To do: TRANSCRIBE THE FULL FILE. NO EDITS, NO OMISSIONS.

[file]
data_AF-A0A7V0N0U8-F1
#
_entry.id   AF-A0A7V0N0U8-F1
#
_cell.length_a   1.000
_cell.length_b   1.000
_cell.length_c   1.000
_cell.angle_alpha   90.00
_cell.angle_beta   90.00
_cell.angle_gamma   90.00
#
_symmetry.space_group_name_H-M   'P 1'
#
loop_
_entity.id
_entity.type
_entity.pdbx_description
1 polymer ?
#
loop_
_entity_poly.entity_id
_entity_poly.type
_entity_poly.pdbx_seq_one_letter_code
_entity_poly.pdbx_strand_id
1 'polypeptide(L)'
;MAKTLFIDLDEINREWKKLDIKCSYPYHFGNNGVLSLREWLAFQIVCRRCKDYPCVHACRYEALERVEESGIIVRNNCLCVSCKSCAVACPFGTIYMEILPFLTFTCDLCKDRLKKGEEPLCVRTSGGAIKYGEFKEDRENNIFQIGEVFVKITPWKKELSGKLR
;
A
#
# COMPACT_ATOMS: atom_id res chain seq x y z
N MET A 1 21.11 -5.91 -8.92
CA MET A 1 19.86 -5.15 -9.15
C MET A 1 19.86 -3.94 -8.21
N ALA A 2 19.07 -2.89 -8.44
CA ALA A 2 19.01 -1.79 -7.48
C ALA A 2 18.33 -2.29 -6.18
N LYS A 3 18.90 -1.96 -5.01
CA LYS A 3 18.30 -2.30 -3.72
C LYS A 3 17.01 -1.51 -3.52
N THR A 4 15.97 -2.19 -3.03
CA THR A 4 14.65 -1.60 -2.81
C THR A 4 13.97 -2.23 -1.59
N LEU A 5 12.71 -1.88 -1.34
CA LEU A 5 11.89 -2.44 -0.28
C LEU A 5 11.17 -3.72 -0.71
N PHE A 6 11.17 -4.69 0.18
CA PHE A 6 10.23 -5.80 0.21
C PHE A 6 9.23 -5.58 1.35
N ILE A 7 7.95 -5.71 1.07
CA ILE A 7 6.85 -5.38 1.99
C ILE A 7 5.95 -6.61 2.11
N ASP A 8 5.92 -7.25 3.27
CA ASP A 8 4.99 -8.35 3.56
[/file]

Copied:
data_AF-A0A7V0N0U8-F1
#
_entry.id   AF-A0A7V0N0U8-F1
#
_cell.length_a   1.000
_cell.length_b   1.000
_cell.length_c   1.000
_cell.angle_alpha   90.00
_cell.angle_beta   90.00
_cell.angle_gamma   90.00
#
_symmetry.space_group_name_H-M   'P 1'
#
loop_
_entity.id
_entity.type
_entity.pdbx_description
1 polymer ?
#
loop_
_entity_poly.entity_id
_entity_poly.type
_entity_poly.pdbx_seq_one_letter_code
_entity_poly.pdbx_strand_id
1 'polypeptide(L)'
;MAKTLFIDLDEINREWKKLDIKCSYPYHFGNNGVLSLREWLAFQIVCRRCKDYPCVHACRYEALERVEESGIIVRNNCLCVSCKSCAVACPFGTIYMEILPFLTFTCDLCKDRLKKGEEPLCVRTSGGAIKYGEFKEDRENNIFQIGEVFVKITPWKKELSGKLR
;
A
#
# COMPACT_ATOMS: atom_id res chain seq x y z
N MET A 1 21.11 -5.91 -8.92
CA MET A 1 19.86 -5.15 -9.15
C MET A 1 19.86 -3.94 -8.21
N ALA A 2 19.07 -2.89 -8.44
CA ALA A 2 19.01 -1.79 -7.48
C ALA A 2 18.33 -2.29 -6.18
N LYS A 3 18.90 -1.96 -5.01
CA LYS A 3 18.30 -2.30 -3.72
C LYS A 3 17.01 -1.51 -3.52
N THR A 4 15.97 -2.19 -3.03
CA THR A 4 14.65 -1.60 -2.81
C THR A 4 13.97 -2.23 -1.59
N LEU A 5 12.71 -1.88 -1.34
CA LEU A 5 11.89 -2.44 -0.28
C LEU A 5 11.17 -3.72 -0.71
N PHE A 6 11.17 -4.69 0.18
CA PHE A 6 10.23 -5.80 0.21
C PHE A 6 9.23 -5.58 1.35
N ILE A 7 7.95 -5.71 1.07
CA ILE A 7 6.85 -5.38 1.99
C ILE A 7 5.95 -6.61 2.11
N ASP A 8 5.92 -7.25 3.27
CA ASP A 8 4.99 -8.35 3.56